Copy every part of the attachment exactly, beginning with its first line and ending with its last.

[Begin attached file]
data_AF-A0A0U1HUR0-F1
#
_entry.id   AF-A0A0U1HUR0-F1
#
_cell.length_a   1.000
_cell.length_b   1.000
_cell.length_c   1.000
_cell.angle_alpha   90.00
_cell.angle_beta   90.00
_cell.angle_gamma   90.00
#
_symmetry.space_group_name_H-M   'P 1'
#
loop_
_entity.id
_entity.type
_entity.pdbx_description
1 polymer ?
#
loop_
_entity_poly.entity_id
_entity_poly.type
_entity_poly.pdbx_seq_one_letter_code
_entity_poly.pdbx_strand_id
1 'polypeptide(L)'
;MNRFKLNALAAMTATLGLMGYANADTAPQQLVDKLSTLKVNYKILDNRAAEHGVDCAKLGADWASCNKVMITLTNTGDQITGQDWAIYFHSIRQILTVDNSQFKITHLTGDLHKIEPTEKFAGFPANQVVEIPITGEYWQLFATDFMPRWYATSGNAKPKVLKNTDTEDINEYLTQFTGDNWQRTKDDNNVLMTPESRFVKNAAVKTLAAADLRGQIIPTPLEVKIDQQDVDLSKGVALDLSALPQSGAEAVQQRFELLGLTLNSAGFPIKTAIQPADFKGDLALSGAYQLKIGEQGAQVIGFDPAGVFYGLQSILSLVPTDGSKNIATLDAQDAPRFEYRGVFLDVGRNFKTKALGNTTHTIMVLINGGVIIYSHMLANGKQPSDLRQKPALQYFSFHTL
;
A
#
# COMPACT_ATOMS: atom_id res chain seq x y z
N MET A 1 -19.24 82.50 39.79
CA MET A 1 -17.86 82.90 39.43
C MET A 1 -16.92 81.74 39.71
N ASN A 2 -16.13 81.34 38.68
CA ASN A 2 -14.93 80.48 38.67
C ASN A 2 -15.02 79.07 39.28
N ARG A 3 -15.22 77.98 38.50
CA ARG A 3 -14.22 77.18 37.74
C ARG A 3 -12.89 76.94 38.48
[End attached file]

data_AF-A0A0U1HUR0-F1
#
_entry.id   AF-A0A0U1HUR0-F1
#
_cell.length_a   1.000
_cell.length_b   1.000
_cell.length_c   1.000
_cell.angle_alpha   90.00
_cell.angle_beta   90.00
_cell.angle_gamma   90.00
#
_symmetry.space_group_name_H-M   'P 1'
#
loop_
_entity.id
_entity.type
_entity.pdbx_description
1 polymer ?
#
loop_
_entity_poly.entity_id
_entity_poly.type
_entity_poly.pdbx_seq_one_letter_code
_entity_poly.pdbx_strand_id
1 'polypeptide(L)'
;MNRFKLNALAAMTATLGLMGYANADTAPQQLVDKLSTLKVNYKILDNRAAEHGVDCAKLGADWASCNKVMITLTNTGDQITGQDWAIYFHSIRQILTVDNSQFKITHLTGDLHKIEPTEKFAGFPANQVVEIPITGEYWQLFATDFMPRWYATSGNAKPKVLKNTDTEDINEYLTQFTGDNWQRTKDDNNVLMTPESRFVKNAAVKTLAAADLRGQIIPTPLEVKIDQQDVDLSKGVALDLSALPQSGAEAVQQRFELLGLTLNSAGFPIKTAIQPADFKGDLALSGAYQLKIGEQGAQVIGFDPAGVFYGLQSILSLVPTDGSKNIATLDAQDAPRFEYRGVFLDVGRNFKTKALGNTTHTIMVLINGGVIIYSHMLANGKQPSDLRQKPALQYFSFHTL
;
A
#
# COMPACT_ATOMS: atom_id res chain seq x y z
N MET A 1 -19.24 82.50 39.79
CA MET A 1 -17.86 82.90 39.43
C MET A 1 -16.92 81.74 39.71
N ASN A 2 -16.13 81.34 38.68
CA ASN A 2 -14.93 80.48 38.67
C ASN A 2 -15.02 79.07 39.28
N ARG A 3 -15.22 77.98 38.50
CA ARG A 3 -14.22 77.18 37.74
C ARG A 3 -12.89 76.94 38.48